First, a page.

The recently agreed text of the Free Trade Agreement (FTA) with the US sets a dangerous precedent in the intellectual property (IP) arena, stifling competition and handcuffing the actions of small software players, according to a prominent Australian Democrat.
Senator Brian Greig said the inclusion of the IP chapter to the FTA followed the American route of giving “extraordinary power and privilege to giant software companies”.
Senator Greig was upset by the proposal in the FTA to create harmonisation of Australian and US patent laws.
He said this left the door open for the US Digital Millennium Copyright Act (DMCA) to be extended into Australian waters.
“The DMCA is a highly controversial and draconian American law established by President Clinton in 1998 after intense lobbying from vested interests in the Recording Industry Association of America [RIAA] and the Motion Picture Association of America [MPAA],” Greig said.
He was concerned small software companies and IT research firms would be the big losers and cited a host of US examples where small players got caught in the crosshairs of the multinational behemoths.
HP resorted to DMCA threats when researchers published their discovery of a security flaw in HP’s Tru64 Unix operating system, Senator Greig said. Meanwhile, educational software company, Blackboard, used a DMCA threat to stop the presentation of research on security vulnerabilities in its products.
“Big business in the US is using the Act of Parliament to do the most outrageous things,” he said.
Greig said those were just two examples — from a handful of incidents — whereby the US law was being used to threaten and financially exhaust the competition.
“By tying up competitors in the courts with claims of software patent infringement, major IT companies are abusing the legal and democratic processes to crush their opposition with the exception powers available to them through the DMCA,” he said.
Federal Minister of Trade, Mark Vaile, said the overall FTA deal offered enormous opportunities for Australian companies. Instead of stifling competition, the FTA allowed “considerable flexibility to implement its obligations in a way that reflects local interests and the local legal and regulatory environment”, he said.
On the IP front, the government said the harmonisation of Australian and US IP laws provided Australian exporters with a more familiar and certain legal environment for the export of value-added goods to the US.
Essentially, the thrust of the IP chapter included strengthening protection for copyright owners, said Paul Zawa, a partner at Allens Arthur Robinson (AAR) based in Sydney, who’s studying the implications on the Australian legislative landscape.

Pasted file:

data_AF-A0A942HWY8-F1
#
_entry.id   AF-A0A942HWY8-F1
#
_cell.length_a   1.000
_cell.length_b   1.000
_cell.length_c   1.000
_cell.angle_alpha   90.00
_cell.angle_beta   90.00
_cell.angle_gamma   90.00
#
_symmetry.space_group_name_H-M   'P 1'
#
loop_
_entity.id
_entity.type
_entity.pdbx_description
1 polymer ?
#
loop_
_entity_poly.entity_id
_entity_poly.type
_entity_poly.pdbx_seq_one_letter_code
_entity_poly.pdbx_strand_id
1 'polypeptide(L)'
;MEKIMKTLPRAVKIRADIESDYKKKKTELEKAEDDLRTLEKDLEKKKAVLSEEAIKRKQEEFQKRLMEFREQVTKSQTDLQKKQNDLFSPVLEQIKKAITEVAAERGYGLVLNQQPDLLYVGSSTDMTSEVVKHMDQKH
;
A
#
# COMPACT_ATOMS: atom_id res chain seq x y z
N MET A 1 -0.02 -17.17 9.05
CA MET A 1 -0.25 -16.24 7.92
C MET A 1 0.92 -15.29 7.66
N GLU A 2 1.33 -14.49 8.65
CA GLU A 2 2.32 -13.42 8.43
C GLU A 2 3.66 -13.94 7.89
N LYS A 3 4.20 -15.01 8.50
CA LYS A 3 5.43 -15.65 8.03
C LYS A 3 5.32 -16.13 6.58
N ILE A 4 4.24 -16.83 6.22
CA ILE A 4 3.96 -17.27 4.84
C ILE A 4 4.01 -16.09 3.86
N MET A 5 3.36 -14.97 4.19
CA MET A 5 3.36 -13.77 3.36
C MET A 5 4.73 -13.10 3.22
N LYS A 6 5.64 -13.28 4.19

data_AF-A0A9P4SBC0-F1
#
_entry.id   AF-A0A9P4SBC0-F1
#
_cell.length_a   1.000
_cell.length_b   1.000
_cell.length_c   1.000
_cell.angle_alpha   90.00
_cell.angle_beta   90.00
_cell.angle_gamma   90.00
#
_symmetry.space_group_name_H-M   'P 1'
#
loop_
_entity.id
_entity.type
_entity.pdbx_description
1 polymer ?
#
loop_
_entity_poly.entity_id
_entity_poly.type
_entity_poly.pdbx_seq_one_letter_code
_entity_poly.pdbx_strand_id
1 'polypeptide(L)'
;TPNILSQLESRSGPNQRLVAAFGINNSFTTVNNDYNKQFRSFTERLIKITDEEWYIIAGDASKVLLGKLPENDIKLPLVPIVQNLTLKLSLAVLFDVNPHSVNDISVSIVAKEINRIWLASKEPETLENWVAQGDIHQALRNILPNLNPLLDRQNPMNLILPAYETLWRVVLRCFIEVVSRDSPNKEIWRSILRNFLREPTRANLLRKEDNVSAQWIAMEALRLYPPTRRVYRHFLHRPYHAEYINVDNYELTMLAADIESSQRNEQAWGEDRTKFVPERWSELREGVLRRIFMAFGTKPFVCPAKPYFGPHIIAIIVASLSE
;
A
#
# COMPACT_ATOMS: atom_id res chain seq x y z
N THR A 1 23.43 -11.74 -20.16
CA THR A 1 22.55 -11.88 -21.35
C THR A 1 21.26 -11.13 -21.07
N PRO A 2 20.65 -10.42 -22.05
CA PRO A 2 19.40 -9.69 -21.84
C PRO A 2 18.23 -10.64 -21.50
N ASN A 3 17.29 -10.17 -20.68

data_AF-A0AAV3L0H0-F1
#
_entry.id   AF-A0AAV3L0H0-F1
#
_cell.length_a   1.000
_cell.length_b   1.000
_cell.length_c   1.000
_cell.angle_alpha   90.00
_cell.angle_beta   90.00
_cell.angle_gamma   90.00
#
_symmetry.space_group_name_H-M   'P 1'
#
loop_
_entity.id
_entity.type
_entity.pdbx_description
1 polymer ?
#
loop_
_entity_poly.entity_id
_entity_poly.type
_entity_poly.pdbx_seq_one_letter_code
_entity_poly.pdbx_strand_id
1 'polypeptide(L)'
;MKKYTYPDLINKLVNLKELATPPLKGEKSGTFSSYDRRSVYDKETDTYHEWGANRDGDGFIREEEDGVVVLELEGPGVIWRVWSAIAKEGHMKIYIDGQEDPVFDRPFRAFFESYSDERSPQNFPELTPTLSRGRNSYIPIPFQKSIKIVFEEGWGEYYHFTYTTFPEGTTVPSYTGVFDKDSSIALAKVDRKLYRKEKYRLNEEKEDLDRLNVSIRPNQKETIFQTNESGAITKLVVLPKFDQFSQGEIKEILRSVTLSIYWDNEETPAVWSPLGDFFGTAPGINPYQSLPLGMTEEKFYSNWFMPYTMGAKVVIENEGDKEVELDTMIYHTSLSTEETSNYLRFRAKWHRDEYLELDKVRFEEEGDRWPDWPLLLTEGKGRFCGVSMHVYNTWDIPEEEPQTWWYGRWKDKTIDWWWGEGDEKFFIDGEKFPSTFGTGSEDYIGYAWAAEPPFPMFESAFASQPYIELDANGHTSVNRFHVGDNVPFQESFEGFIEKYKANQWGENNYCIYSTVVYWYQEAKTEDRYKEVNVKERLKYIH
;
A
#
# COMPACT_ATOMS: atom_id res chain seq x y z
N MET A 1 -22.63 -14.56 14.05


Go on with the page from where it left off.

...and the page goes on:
The commitments in the FTA suggest the Australian Copyright Act 1968 would be due for another major overhaul only three years after the substantial Digital Agenda amendments came into force in March 2001, Zawa said.
A key element involves extending the copyright protection by another 20 years. To date, Australian copyright law provides protection for 50 years from the author’s death in relation to most works.
Another key point, Zawa said, was the proposal to increase Internet Service Provider (ISP) liability.
The US statement suggested that Australia would be required to introduce a regime requiring ISP compliance with rights-holders’ requests if an ISP was to avoid liability for the infringing actions of its subscribers. This was similar to the US regime, he said.
“If an ISP in the US is notified by a rights holder that it has copyright material [and if there is no counter notice], it must remove the material or be liable for distribution ... that doesn’t exist here in Australia,” Zawa said.
“This would place more obligations on ISPs,” he said.
The move to beef up criminal and civil protection in the area of intellectual property also added another twist to the Australian scene, Zawa said.
Both countries suggest the FTA would increase criminal and civil protection against the unlawful decoding of encrypted satellite TV signals.
Essentially, the US suggested that Australian IP law should criminalise end user piracy and counterfeiting, Zawa said.
The FTA would also provide tighter controls on circumventing technological protection (such as embedded codes on discs).
But the problem was it’s too early to tell the exact impact of the FTA because a detailed document was yet to be finalised, AAR partner, Jim Dwyer, said. And for the FTA to become law in each country, it must be passed through the US and Australian domestic legislatures.
To date, Zawa said there hadn’t been much feedback from industry players.
“The people with the real interests are waiting to see the wording because they don’t want to start a panic,” he said.